NAIROBI, Oct. 12 (Xinhua) -- Greater focus on domestic resources as opposed to dwindling overseas support is key to sustain financing of climate resilience projects in Africa, campaigners said on Thursday evening during a pan-African climate forum taking place in Nairobi.
The green advocates noted that geopolitical tremors that have triggered uncertainties in the multilateral climate financing regime are a wake-up call for African countries to explore new sources of funding within their borders.
Muawia Shaddad, head of Sudanese Environmental Conservation Society, said that African countries should enact robust policy and legislative frameworks to bridge climate financing gaps through domestic resource mobilization.
"Over dependence on foreign donors to finance climate change programs here in Africa is no longer tenable and we have no choice but to look for resources internally. It is doable given the level of economic vitality in the continent," Shaddad said.
Kenya hosted the seventh Climate Change and Development in Africa (CCDA-VII) conference that discussed viable options to boost resilience of the continent's economies against a backdrop of disruptions caused by global warming.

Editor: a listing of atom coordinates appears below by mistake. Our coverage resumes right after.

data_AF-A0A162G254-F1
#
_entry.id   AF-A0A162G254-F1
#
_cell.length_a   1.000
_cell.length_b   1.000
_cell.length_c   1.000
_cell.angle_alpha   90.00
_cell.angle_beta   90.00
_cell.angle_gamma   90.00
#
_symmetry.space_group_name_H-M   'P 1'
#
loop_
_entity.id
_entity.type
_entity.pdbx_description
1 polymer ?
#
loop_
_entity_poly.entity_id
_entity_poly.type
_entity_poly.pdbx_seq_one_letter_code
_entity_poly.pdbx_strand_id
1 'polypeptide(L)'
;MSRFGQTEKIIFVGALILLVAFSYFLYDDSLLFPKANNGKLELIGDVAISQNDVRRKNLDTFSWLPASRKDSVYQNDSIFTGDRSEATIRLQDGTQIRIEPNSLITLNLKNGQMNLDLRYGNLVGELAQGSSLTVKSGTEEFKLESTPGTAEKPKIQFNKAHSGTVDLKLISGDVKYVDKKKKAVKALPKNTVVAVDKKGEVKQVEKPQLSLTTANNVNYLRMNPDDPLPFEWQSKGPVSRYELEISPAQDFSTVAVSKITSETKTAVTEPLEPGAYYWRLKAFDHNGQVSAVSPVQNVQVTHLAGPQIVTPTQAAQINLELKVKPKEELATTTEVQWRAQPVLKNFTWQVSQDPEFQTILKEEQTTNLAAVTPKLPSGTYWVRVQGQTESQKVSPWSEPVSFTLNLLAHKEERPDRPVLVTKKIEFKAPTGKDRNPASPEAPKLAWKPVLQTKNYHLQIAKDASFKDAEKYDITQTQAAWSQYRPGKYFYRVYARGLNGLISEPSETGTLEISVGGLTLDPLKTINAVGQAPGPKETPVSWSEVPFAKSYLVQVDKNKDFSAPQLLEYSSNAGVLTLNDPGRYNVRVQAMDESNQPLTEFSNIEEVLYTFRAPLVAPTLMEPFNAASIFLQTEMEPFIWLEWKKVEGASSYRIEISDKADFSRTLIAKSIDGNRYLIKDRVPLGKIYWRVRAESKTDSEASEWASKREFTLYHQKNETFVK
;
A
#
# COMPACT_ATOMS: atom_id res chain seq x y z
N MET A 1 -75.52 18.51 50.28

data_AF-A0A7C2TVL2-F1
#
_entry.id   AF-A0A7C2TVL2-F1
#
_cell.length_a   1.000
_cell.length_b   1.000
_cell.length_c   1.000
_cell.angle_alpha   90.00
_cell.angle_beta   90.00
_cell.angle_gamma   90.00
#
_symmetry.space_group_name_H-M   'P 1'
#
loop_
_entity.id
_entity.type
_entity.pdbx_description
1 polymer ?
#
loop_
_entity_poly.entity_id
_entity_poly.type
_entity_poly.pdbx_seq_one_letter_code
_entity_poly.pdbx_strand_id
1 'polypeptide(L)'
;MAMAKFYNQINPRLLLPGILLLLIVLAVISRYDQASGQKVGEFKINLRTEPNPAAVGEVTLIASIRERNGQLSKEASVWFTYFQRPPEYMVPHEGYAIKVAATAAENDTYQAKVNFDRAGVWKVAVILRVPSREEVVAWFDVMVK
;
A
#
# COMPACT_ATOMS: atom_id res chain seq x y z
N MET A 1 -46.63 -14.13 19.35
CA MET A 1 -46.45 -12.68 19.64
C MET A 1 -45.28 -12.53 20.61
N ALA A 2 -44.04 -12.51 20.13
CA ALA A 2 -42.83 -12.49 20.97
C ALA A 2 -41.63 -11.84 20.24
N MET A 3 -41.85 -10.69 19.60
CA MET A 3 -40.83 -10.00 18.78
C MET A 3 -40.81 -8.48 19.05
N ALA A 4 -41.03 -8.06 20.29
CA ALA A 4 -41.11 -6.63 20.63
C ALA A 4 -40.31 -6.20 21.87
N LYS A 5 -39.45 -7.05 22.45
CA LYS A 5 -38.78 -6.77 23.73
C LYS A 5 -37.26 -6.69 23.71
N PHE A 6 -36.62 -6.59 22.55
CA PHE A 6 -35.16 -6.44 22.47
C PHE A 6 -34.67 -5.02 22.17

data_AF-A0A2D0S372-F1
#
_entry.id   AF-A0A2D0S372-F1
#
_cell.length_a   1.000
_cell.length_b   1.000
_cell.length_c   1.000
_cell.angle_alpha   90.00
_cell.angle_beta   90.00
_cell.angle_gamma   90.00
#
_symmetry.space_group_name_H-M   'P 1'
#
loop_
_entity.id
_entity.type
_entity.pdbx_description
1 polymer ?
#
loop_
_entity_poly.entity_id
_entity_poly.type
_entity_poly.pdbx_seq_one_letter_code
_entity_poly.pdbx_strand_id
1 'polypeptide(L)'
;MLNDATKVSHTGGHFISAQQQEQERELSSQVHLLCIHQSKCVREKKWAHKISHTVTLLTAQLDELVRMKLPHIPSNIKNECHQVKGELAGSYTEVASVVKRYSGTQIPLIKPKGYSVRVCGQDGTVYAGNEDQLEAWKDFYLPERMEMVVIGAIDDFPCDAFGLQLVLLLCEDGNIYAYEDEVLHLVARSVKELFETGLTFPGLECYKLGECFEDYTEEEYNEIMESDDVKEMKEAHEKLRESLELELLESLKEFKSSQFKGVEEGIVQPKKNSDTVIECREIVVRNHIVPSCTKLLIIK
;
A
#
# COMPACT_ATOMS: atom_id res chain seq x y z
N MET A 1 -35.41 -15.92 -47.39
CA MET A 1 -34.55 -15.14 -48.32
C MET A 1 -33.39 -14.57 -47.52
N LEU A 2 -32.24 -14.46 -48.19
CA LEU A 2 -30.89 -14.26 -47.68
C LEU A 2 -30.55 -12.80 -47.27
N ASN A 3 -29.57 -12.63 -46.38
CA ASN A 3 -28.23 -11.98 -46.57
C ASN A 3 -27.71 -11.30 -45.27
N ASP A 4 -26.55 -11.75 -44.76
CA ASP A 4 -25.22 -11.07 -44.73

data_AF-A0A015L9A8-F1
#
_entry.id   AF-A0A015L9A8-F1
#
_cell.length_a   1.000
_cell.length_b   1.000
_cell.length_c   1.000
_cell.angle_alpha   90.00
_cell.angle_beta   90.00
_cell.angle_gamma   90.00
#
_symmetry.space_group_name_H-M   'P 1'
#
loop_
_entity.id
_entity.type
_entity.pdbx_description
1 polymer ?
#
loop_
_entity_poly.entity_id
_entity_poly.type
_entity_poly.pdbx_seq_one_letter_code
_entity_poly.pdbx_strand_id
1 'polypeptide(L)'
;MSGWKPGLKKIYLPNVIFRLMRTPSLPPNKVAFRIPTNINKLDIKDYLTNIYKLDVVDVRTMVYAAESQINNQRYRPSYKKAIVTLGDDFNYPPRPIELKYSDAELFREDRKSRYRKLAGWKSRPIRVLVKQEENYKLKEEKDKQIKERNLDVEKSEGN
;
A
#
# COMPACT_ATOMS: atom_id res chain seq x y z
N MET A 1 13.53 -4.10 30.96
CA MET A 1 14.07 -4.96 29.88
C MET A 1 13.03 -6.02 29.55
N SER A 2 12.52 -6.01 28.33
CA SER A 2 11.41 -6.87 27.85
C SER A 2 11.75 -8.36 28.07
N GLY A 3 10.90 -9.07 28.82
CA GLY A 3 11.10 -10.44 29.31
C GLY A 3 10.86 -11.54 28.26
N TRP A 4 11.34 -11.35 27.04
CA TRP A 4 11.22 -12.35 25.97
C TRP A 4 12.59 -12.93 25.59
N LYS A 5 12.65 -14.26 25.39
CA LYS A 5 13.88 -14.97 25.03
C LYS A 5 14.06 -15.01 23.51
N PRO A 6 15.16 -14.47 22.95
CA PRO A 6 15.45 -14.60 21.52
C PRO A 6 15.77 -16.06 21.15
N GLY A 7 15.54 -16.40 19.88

Hundreds of delegates in attendance who included policymakers, scholars and grassroots campaigners agreed that Africa must focus on home-grown initiatives to boost climate financing as support from traditional donors slump.
Robert Chimambo, leader of a Zambian small-holder farmers' coalition, proposed higher taxation on fossil fuels and mineral wealth that is abundant in Africa to help finance climate change adaptation and mitigation.
"Part of revenue generated from mining activities and exploitation of fossil fuels should be channeled towards community based resilience projects like reforestation, water management and climate smart agro-pastoralism," said Chimambo.
African countries should strengthen public private partnership to boost financing in climate resilience projects that accelerate low carbon growth while generating new jobs for the youthful population.
James Kinyangi, the chief climate policy officer at African Development Bank (AfDB), said that policy and regulatory incentives are key to encourage indigenous firms invest in green projects.
"Governments should encourage listed firms to invest in projects that promise a green and sustainable future for everyone," said Kinyangi adding that a stable macro-economic environment is key to sustain climate financing in Africa.